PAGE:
In light of the worldwide COVID-19 pandemic, the Financial Industry Regulatory Authority (“FINRA”) issued Regulatory Notice 20-08 to address member firms’ obligations with respect to business continuity planning. Firms are generally required to create and maintain a plan that sets out procedures in case of an emergency or other significant business disruption under FINRA Rule 4370 (Business Continuity Plans and Emergency Contact Information). Given the current global disruption, Regulatory Notice 20-08 encourages member firms to consider whether their current business continuity plans are sufficient to address issues such as staff absenteeism, working remotely, travel limitations and technology interruptions. For example, many firms that relied on staff in India to complete back-office functions are now faced with bringing those operations back to the United States while most of their U.S.-based staff have transitioned to working remotely.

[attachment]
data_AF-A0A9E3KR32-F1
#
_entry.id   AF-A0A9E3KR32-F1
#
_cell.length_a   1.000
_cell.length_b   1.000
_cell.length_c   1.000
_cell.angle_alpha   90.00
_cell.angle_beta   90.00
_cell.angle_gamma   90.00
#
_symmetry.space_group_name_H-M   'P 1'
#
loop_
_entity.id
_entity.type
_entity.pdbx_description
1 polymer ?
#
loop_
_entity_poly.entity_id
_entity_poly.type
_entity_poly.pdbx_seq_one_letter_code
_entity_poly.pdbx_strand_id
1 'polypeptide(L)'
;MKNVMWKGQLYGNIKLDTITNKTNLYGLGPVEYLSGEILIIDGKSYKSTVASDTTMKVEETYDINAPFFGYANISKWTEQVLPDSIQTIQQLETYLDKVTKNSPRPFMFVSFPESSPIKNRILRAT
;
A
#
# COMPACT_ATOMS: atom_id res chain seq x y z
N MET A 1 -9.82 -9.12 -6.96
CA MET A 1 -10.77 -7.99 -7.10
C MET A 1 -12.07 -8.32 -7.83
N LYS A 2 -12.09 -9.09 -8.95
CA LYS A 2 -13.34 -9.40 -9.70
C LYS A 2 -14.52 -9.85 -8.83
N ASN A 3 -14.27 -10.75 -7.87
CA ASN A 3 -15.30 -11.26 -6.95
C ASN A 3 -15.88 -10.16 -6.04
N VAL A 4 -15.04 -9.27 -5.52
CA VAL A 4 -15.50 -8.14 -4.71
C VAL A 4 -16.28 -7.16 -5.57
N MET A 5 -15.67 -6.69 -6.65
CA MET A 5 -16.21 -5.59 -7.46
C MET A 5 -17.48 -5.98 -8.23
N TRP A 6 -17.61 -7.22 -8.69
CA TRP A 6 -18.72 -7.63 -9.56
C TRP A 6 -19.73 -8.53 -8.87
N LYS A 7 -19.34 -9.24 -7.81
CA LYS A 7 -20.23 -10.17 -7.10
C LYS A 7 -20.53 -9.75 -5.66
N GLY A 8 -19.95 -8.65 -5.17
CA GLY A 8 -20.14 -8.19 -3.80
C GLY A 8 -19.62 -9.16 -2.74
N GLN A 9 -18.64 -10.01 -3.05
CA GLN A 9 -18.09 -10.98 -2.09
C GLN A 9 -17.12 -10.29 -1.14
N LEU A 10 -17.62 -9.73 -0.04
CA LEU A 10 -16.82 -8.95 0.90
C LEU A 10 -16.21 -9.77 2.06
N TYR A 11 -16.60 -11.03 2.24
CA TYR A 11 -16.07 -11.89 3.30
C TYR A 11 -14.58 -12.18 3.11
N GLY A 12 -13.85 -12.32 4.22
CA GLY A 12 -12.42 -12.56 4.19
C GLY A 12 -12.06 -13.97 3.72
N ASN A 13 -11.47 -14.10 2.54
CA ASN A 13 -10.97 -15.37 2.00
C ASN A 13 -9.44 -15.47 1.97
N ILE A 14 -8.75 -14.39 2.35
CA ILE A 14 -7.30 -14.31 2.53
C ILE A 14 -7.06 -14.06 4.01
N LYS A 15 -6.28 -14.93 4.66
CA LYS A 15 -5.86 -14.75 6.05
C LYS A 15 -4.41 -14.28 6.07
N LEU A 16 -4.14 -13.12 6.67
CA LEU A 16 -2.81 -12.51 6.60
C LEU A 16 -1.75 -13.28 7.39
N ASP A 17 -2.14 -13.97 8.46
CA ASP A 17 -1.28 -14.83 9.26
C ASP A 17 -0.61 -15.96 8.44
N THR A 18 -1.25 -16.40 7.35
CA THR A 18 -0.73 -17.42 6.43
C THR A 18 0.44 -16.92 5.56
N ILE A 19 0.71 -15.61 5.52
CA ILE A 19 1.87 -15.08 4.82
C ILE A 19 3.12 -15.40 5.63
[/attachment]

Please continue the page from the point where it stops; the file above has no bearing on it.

On the bi-weekly podcast, FINRA Unscripted, FINRA stated that the “key takeaway” for firms is to focus on their clients. Specifically, firms should make sure that they are adjusting to the current environment so that they can serve their clients to the best of their ability. FINRA noted that firms should be thoughtful about their approach and document the decisions they made.